In Israeli Campaign, Candidates Imitate Obama's Tactics, Invoke His Name
Thursday, February 5, 2009
JERUSALEM, Feb. 4 -- Israelis are still not sure what to make of President Obama. But less than a week before Israel holds national elections, he looms large on the campaign trail, with candidates borrowing his tactics and debating who can best work with him as he seeks a Middle East peace deal.
Foreign Minister Tzipi Livni, running a close second in the polls, has been most conspicuous in invoking Obama. A relative newcomer to politics, she presents herself as a fresh alternative to her chief competitors, both of whom are older men who have held Israel's top job before.
On the stump, she invites Israelis to "vote for change." Her campaign distributes T-shirts emblazoned with the made-up word "Believni." And she brags that unlike the race's front-runner, former prime minister Binyamin Netanyahu, she could partner with Obama in pursuing a peace accord with the Palestinians.
"The American people voted for hope," Livni told an audience of college students recently. "This is also possible in the state of Israel."
But the Netanyahu campaign answers with its own T-shirt: "No, She Can't." The leader of the right-wing Likud party has insisted that he is the real change agent in the race, ready to turn the page on years of failed governance by Livni's centrist Kadima party. While he argues that he can work with Obama, Netanyahu also answers Israeli anxieties about the new administration in Washington with promises not to compromise Israel's security just because the U.S. president wants a deal.
The outcome of Tuesday's elections could bear heavily on Obama's chances of achieving what he has said is one of his top foreign policy goals: a negotiated settlement to end the decades-long conflict between Israelis and Palestinians. At the moment, Netanyahu and other right-leaning politicians who have been skeptical of U.S.-backed peace talks are favored. Livni and those on the left, who are more amenable to negotiations, are struggling to catch up.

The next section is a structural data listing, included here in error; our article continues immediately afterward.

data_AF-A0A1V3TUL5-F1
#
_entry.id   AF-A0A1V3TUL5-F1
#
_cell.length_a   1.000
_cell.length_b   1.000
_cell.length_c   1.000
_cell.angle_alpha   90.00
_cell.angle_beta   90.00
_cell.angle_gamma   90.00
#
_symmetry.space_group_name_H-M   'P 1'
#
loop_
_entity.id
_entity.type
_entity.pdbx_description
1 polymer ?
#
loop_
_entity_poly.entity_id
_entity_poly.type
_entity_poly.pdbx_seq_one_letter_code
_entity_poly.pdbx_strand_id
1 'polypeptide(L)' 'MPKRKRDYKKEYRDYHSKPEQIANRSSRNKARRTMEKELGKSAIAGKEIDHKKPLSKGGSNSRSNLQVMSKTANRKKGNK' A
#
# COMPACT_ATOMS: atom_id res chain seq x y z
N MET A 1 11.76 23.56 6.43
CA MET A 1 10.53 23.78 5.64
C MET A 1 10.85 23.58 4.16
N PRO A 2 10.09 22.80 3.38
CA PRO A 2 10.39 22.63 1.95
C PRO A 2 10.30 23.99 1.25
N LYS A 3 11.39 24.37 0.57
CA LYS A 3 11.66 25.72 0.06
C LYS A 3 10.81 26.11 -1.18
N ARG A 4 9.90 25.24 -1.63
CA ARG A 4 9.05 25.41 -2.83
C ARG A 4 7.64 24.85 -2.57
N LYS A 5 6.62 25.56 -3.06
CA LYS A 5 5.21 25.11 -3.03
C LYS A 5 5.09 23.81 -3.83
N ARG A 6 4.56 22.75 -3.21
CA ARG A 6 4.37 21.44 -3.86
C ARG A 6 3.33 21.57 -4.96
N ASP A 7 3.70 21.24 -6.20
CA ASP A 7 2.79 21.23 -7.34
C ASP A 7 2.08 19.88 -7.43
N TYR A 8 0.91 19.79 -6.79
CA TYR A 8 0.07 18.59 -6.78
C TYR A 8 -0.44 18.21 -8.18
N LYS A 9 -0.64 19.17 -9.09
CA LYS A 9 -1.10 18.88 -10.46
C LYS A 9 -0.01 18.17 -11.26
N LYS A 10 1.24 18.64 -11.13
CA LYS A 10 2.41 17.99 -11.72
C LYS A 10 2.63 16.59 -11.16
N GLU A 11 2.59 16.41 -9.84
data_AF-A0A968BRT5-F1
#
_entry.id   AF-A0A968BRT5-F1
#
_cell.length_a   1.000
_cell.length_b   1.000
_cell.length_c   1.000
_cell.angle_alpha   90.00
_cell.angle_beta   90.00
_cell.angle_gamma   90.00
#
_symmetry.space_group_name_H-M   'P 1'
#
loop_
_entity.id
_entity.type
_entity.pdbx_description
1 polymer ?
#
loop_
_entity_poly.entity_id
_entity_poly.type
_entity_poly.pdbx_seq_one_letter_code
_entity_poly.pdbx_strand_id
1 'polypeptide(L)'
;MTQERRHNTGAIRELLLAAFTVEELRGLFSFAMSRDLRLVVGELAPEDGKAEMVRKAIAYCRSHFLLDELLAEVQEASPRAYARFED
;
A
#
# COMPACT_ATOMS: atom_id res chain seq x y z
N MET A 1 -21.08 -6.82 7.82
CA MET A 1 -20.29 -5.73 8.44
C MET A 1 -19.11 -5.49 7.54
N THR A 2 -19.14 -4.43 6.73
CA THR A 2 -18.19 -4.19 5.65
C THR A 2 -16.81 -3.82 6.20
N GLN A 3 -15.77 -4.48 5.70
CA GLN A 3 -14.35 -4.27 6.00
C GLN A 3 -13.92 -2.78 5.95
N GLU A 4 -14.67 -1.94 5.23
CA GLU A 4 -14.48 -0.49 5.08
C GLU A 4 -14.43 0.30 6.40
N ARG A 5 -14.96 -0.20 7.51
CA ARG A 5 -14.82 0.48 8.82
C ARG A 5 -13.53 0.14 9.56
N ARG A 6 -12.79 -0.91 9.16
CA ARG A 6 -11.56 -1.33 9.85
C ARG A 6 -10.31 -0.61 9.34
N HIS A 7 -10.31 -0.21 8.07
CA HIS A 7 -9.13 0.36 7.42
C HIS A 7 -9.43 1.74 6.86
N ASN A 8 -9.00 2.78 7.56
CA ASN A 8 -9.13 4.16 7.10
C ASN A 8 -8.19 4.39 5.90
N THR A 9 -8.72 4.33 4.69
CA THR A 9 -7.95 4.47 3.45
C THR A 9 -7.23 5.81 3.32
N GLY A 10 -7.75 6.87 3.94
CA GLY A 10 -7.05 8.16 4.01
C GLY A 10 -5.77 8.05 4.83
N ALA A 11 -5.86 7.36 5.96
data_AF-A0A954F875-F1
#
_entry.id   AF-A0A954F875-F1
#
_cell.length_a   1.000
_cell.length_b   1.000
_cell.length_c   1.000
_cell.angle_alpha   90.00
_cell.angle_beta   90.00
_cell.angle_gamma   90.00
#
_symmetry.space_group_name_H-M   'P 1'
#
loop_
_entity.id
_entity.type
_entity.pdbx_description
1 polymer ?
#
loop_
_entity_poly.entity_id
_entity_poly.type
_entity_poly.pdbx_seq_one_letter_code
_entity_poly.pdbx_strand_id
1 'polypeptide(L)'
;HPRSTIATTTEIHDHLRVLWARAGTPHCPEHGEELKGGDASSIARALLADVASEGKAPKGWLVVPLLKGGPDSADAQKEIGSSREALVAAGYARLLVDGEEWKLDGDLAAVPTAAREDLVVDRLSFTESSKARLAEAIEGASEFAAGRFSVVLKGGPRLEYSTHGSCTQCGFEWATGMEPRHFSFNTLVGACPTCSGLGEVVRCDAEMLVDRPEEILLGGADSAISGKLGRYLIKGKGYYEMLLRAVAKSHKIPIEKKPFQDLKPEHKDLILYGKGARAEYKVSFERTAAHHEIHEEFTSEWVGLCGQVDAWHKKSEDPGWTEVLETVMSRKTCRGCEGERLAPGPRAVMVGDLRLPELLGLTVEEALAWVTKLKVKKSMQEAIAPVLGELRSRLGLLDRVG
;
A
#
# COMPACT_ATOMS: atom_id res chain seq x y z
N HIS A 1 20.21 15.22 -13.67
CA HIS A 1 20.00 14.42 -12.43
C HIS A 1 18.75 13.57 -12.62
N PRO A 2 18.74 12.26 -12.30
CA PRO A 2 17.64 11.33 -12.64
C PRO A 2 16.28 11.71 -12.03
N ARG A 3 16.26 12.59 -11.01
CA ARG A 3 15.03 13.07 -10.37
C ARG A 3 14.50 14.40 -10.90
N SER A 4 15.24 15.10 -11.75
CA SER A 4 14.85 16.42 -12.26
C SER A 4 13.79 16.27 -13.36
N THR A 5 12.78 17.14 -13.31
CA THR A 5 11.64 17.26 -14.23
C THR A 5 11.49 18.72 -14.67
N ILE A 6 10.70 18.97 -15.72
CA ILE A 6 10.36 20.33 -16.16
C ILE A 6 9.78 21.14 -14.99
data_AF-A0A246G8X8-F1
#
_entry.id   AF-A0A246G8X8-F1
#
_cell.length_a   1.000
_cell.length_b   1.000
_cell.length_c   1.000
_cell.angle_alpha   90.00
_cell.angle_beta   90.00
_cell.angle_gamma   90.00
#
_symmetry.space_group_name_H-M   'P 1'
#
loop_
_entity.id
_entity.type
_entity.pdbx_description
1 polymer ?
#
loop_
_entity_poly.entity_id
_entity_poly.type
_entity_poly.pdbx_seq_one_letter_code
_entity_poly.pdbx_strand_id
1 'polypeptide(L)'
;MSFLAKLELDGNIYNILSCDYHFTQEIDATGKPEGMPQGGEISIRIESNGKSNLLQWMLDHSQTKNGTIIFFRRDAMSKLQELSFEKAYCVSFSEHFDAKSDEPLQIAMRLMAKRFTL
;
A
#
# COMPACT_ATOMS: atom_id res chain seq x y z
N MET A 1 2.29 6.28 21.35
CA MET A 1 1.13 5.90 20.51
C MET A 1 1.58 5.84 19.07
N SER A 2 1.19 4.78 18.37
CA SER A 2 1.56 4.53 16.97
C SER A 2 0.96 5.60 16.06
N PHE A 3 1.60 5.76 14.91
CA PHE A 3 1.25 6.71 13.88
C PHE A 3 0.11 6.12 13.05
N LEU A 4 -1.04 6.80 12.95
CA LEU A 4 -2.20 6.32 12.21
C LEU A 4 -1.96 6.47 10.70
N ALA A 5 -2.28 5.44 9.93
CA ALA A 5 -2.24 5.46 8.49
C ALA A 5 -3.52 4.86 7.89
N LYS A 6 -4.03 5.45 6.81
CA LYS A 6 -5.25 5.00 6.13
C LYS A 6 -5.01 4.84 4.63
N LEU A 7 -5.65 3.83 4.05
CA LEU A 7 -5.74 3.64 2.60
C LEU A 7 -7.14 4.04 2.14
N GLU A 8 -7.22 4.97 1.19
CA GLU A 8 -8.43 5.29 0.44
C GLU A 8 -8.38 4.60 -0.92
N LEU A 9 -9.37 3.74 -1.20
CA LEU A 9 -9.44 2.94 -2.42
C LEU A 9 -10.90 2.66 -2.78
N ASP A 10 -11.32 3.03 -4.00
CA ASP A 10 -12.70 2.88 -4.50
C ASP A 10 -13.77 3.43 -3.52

The focus on Obama as the election approaches reflects the depth of Israeli dependence on support from the United States, which is Israel's biggest backer. Israelis regard Obama with apprehension, concerned that the pro-Israel stance he took during the 2008 campaign may not be genuine. But Israeli politicians, seeing the passion he cultivated among Americans, have also sought to imitate Obama at a time when they are, as a whole, poorly regarded by the Israeli public.
Israelis have widely panned this year's campaign. The candidates refused to debate one another and have held relatively few rallies. Surveys show that interest is low.
To inject energy into the race, some of the parties have looked to Obama's example, even though they may not have much in common with him ideologically. The ultra-Orthodox Shas party, for instance, has a familiar campaign slogan: "Yes, we can." The party has printed thousands of bumper stickers that feature the phrase in big blue letters, along with the small-type addendum: "with God's help."
The party's chairman, Eli Yishai, said Shas adopted Obama's slogan to draw a link between the new U.S. president's accomplishments as an African American and the Israeli party's roots in the country's minority Mizrahi community, also known as Sephardic Jews. The Mizrahi are Jews from Middle Eastern or North African descent who have faced discrimination in Israel by the dominant Ashkenazi community, whose members are of Eastern European origin.
"Obama made black people in the United States proud, and we decided to sharpen our message and give a sense of self-respect and dignity to the Mizrahi public," Yishai said.
Shas, however, does not share Obama's enthusiasm for a Middle East peace deal: The party repeatedly threatened to bring down the Israeli government last year if the status of Jerusalem, a core sticking point in the conflict, even came up during negotiations with the Palestinians.